This past week I have been giving the Israel Pollack distinguished lecture series at Technion in Haifa, the School of Architecture and Town Planning, talking about smart cities and big data (PDF here), and rank clocks and scaling (PDF here). Technion is the power house of Israeli science inaugurated in 1923 by Albert Einstein and it has become the MIT of the nation. Visits like this are great in terms of meeting new people and learning about new ideas but by the strangest quirk, I never imagined that the world would be so small. Going to downtown Haifa with Dafna Fisher-Gewirtzman a couple of days ago, she mentioned that we would be eating dinner in the Holliday building. I think she must have mentioned that Holliday was an English architect who had designed a small block of streets in downtown Haifa in the 1930s and I suddenly wondered if it was the same Holliday who was the first Professor of Town and Country Planning at the University of Manchester where I was a student and where I received the Holliday prize in 1966. Unusual spelling of his name but it might be coincidence and as I never knew anything about him – he died in post in 1960 two years before I entered the School – I had never tried to trace his origins. His son John, I believe, was Head of the Planning School at Lanchester Polytechnic in the 1960s too, and I knew John but had never discussed his father.
It turned out that indeed this was Clifford Holliday, the same, and that he was in Palestine from 1922 to 1935 working as a town planner. In fact he had worked on the plan for Haifa with Sir Patrick Abercrombie who was my predecessor as Bartlett Professor of Planning some 6 professors ago and that the Bartlett Professor 5 ago – Lord William Holford – had also worked on the plan. The world was indeed small in those days and of course Sir Patrick Geddes (who as avid readers of his life will know designed the early plans for Jerusalem and Tel-Aviv) was also in UCL as Instructor in Physiology in 1878. I am intrigued by the way the dynasty of planning professors was then connected and I hadn’t imagine that Manchester was linked to the Liverpool-London axis in this particular way.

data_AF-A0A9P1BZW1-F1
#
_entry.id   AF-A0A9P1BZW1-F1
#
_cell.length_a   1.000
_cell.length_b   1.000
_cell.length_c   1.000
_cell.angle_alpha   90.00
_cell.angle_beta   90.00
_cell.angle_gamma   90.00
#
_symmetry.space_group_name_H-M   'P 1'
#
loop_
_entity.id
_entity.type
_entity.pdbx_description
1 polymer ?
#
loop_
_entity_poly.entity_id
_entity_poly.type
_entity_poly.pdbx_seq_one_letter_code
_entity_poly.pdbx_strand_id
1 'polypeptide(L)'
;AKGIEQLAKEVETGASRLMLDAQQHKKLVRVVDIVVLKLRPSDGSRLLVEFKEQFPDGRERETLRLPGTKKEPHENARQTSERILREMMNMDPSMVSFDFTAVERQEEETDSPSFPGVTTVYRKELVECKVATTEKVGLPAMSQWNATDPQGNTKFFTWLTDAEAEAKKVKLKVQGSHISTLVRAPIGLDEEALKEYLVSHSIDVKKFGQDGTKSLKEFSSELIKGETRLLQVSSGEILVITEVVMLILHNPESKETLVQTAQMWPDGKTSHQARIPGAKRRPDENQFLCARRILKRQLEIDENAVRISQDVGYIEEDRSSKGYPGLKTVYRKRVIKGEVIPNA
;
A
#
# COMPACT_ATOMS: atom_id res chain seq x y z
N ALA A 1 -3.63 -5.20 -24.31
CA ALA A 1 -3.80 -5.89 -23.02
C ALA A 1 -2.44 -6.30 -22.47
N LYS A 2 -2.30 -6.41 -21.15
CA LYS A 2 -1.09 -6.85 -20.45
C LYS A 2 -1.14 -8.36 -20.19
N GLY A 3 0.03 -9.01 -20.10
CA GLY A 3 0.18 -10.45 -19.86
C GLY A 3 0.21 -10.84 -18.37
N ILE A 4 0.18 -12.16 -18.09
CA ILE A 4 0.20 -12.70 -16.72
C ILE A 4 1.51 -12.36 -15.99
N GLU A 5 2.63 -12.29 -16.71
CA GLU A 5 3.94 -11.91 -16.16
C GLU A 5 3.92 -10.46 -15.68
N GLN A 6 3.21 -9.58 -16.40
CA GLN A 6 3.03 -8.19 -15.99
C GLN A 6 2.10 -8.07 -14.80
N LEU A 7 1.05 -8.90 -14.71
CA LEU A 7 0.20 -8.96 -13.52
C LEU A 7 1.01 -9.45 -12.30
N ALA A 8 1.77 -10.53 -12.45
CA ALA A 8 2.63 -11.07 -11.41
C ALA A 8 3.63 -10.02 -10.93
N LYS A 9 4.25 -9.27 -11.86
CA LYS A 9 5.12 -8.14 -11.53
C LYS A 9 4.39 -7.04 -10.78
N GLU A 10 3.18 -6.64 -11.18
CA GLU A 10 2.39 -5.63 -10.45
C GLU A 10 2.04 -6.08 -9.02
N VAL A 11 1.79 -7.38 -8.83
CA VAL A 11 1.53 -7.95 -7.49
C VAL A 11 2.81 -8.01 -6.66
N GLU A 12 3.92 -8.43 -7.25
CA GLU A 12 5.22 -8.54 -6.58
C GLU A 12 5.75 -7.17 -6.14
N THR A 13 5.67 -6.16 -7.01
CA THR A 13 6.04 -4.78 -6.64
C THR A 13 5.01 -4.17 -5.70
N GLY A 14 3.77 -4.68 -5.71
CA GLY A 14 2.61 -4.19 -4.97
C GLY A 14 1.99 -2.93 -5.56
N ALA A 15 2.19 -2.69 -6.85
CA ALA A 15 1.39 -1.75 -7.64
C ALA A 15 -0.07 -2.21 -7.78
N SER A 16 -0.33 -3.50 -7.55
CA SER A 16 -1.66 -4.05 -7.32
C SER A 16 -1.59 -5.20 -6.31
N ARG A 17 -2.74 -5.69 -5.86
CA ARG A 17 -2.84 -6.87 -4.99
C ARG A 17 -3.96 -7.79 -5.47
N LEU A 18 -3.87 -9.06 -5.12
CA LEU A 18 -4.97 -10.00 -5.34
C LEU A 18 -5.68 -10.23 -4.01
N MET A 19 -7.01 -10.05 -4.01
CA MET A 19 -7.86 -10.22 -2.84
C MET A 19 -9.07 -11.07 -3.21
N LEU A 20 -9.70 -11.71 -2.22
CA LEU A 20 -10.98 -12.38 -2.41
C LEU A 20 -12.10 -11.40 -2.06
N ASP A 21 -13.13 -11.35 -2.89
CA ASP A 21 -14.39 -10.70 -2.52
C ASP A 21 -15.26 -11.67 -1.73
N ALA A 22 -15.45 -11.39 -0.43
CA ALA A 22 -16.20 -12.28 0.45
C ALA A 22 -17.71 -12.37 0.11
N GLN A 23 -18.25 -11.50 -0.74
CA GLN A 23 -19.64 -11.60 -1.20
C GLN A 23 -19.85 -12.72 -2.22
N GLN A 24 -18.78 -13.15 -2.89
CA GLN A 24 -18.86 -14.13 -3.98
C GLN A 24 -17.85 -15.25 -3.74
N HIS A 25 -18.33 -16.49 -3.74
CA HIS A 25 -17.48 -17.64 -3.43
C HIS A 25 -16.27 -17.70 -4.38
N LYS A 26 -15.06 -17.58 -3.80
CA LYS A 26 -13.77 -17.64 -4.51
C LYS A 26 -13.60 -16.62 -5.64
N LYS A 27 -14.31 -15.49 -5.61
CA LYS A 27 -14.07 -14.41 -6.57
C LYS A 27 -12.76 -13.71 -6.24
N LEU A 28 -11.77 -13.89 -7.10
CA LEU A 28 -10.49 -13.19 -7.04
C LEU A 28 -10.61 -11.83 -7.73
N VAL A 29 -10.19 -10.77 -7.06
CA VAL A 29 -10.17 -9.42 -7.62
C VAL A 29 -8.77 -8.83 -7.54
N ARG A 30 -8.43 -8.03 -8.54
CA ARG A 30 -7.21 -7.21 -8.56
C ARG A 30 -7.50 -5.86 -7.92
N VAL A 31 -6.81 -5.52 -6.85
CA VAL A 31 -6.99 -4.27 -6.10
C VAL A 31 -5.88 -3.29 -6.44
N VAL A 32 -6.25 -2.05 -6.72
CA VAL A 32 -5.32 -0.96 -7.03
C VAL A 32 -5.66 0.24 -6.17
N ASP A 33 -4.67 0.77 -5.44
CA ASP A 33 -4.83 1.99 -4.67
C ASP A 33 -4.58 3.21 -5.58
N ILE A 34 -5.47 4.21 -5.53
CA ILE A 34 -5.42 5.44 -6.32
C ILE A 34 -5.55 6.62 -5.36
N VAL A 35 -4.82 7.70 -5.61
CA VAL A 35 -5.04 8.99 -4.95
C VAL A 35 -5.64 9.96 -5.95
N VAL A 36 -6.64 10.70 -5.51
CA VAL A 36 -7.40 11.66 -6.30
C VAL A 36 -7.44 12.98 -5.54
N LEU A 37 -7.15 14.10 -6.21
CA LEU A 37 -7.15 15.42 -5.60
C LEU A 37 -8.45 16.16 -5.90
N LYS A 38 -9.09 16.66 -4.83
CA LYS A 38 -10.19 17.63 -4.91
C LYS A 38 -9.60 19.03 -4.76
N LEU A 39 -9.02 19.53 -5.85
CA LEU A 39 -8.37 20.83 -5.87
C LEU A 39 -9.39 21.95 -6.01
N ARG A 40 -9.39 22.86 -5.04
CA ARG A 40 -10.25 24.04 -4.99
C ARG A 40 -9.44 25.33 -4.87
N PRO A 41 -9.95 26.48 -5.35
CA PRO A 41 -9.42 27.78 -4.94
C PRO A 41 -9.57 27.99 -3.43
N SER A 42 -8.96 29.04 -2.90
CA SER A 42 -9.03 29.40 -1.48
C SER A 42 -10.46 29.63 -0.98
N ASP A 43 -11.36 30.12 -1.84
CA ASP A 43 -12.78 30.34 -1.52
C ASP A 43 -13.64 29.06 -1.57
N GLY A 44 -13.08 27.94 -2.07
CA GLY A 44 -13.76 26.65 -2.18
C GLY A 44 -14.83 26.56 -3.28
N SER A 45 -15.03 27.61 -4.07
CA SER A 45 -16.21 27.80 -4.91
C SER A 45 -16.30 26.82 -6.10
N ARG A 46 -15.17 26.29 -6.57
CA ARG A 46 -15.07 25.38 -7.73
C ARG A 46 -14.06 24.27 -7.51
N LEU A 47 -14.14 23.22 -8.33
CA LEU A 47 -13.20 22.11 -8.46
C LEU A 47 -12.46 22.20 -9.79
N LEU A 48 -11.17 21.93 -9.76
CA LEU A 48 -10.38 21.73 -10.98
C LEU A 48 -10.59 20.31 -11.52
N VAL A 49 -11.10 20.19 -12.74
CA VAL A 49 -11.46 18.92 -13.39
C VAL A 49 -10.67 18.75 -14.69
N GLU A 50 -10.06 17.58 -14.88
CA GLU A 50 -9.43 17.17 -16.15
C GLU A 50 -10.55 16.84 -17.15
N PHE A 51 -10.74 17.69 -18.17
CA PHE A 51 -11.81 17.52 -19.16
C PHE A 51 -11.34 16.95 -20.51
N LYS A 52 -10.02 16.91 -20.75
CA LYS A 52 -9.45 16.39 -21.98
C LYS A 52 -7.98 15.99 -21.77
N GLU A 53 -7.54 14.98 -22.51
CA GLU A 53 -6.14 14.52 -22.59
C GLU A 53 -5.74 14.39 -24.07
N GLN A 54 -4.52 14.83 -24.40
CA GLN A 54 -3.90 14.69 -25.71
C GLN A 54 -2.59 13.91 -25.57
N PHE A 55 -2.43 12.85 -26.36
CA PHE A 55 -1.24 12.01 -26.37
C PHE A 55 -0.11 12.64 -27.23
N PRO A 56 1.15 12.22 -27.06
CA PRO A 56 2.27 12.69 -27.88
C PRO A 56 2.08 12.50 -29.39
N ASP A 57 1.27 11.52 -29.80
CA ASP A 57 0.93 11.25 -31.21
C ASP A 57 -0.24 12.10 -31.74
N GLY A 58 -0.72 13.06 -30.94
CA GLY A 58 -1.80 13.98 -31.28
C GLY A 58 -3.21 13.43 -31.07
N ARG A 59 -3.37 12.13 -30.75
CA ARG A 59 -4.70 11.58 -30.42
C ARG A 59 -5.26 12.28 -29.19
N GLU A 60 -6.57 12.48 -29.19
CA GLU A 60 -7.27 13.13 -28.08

I can find little about what Holliday did but I know there are one or two papers. The best I could find by Googling him was the following from Answers.com
“Albert Clifford Holliday (b Gildersome, W. Yorks, 21 Dec 1897; d Manchester, 26 Sept 1960). English architect and urban planner. On graduating from the University of Liverpool in Architecture and Civic Design, he went to Palestine (1922), succeeding C. R. Ashbee as Civic Adviser to the City of Jerusalem. In 1927 he began private practice, serving also as Town Planning Adviser to the Palestine Government. In these various capacities, he was central to many major planning proposals, including the master plan (1926-30) of Jerusalem, the restoration of the walls and gates of the Old City and, together with Patrick Abercrombie, a regional plan (1933-66) for Haifa Bay, for the Jewish National Fund. His work in Jerusalem was traditional, responding sensitively to local climate, materials and culture: Barclays Bank, the ‘Khan’ of St John’s Ophthalmic Hospital (1929-30) and his undisputed masterpiece, St Andrew’s Church of Scotland (1927-30). With the Israeli architect Richard Kauffmann he planned the Reclamation Area (1929-31) in Haifa, adjacent to the new harbour; later, as consulting architect (1933-7), he set the architectural guidelines for its development: an exercise in civic design innovative in process, impressive in extent and urbane in character.”
Incidentally I can find even less on the web about the prize I got in 1966 which was well established then and for all I know it may be long gone – and the only reference on the web is to my own CV ! Universities have a nasty habit of forgetting their history. C’est La Vie.